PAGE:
Professors: F. J. Navratil, L. D. Brooks; Associate Professor: G. E. Porter; Assistant Professor: S. B. Moore

The primary goal of the finance program is to extend the understanding of financial theory and practice among our students, the University, and the broader community. We pursue this goal through quality teaching and advising, significant research, and appropriate community involvement.

The general goal of the department’s undergraduate finance program is to cultivate students’ critical thinking skills and to aid them in developing a logical, ordered approach to solving business problems. Students completing a finance program offered by the department should gain the knowledge and understanding of financial theory and practice so that they can:

  • Demonstrate proficiency in the use of the language of finance in both oral and written form.
  • Demonstrate the ability to apply financial analysis to a wide range of personal and business problems.
  • Consider ethical issues raised in business situations in the context of their moral and spiritual values.
  • Make a successful transition into the workforce or further professional education.
  • Develop the ability to evaluate personal and business financial decisions within the context of their moral and spiritual principles.

Finance applies economics, accounting, and mathematics to financial decision-making. Corporate finance analyzes how firms should manage and fund their assets. Courses in finance deal with a wide array of companies, including small firms, companies regulated by governmental bodies, and large corporations that engage in complex international operations. Classes in international finance teach students to assess complex international operations. Classes in corporate finance teach students to assess firm financial decisions as well as their financial health and future. Investment courses prepare students to analyze different mediums of savings and investments. Courses in financial institutions inform students about how such firms manage their assets and liabilities in light of macroeconomic considerations and regulatory restrictions.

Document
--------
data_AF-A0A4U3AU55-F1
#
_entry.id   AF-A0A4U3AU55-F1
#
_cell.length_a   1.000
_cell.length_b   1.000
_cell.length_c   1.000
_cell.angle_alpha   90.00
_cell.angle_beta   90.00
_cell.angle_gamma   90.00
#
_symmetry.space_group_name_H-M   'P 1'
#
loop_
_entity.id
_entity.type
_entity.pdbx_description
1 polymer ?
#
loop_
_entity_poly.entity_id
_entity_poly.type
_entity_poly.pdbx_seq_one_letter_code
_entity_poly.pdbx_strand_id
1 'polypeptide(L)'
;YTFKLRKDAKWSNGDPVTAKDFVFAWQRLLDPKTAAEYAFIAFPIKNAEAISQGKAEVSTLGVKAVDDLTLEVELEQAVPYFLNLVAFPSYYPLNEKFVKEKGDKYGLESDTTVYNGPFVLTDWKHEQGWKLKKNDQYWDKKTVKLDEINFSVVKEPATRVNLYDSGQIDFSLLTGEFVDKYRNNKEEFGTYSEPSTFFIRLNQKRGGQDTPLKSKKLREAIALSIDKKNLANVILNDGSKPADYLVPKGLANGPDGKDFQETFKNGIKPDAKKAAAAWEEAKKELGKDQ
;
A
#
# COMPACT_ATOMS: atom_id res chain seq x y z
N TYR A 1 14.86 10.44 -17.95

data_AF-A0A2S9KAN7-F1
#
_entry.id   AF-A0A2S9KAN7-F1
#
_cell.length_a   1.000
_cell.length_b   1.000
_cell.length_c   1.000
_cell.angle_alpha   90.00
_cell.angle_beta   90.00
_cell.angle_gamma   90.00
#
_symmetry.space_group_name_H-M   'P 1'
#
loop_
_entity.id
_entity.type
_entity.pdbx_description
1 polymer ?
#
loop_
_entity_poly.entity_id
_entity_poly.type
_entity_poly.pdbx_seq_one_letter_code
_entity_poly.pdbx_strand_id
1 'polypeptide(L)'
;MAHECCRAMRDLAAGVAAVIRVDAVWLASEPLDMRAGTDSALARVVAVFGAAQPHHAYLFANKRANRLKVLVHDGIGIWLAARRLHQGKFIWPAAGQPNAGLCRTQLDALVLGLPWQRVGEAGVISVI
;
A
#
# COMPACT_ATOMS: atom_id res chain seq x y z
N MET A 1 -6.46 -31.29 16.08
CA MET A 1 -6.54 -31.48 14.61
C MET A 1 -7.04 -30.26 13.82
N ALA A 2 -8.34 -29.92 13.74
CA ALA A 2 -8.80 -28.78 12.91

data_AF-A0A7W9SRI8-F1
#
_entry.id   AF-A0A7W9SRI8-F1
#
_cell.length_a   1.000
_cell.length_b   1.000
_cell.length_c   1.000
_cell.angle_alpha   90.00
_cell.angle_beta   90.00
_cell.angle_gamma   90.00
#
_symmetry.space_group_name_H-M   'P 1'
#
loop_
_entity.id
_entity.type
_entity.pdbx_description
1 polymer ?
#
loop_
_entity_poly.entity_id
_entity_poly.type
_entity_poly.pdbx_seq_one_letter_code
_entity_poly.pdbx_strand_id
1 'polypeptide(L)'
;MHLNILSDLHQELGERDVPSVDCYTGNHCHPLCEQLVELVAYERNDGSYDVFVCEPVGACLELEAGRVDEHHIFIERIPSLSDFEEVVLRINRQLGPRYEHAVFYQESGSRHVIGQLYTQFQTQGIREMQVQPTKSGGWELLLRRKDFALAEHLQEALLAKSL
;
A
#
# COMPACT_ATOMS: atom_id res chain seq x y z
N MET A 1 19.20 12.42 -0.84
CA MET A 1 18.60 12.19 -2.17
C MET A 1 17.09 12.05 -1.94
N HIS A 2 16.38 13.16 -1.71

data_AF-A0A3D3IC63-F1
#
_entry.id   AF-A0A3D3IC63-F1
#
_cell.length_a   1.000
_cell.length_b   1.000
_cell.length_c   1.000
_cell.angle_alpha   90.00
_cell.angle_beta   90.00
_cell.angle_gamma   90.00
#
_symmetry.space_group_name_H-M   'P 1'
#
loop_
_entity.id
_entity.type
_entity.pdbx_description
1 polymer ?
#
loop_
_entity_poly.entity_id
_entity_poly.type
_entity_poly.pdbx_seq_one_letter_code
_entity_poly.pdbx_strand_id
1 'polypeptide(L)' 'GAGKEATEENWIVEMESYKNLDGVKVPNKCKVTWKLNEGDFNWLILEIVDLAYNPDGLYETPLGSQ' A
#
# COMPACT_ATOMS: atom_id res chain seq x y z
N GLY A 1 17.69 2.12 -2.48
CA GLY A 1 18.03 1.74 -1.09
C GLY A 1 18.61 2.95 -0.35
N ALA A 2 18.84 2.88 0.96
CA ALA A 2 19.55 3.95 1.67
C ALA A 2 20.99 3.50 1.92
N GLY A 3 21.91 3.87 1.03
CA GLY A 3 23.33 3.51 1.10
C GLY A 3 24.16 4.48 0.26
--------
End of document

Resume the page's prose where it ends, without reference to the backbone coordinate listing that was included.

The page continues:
Because the discipline of finance is intellectually challenging and rigorous, it not only prepares students for a large number of today’s appealing and rewarding careers in business and industry, but also provides excellent background for graduate programs. Students in the University’s finance program are actively sought by corporate recruiters, who know the students have been well prepared for the world of contemporary finance. Many finance students become financial analysts and managers. Others enter the consulting or legal professions or develop careers in the various occupations related to investment activity or financial institutions. Many John Carroll University graduates in finance have become high-ranking financial officers of prominent and successful companies or have achieved important positions in banks and governmental agencies active in financial matters.

Major Requirements

Major in Finance:
A total of 64-70 credit hours as described below.

Business Core: 40-43 credit hours, including AC 201-202 and MN 461 or MN 463-464.

FN 312: Prospective finance majors must complete FN 312 with a minimum grade of C.

Major Courses: 24-27 credit hours. AC 310 or 303-304; EC 301, and 302 or 311; FN 316, 342, 440, 441; plus one of the following seven courses: FN 405, 418, 439, 442, 444, 452, or 498.

142. PERSONAL FINANCE 2 cr. Cannot be counted as part of the business minor or finance major. Focuses on personal financial decision-making, including use of credit, use of insurance products, use of banking and other financial services, and investing for future financial goals.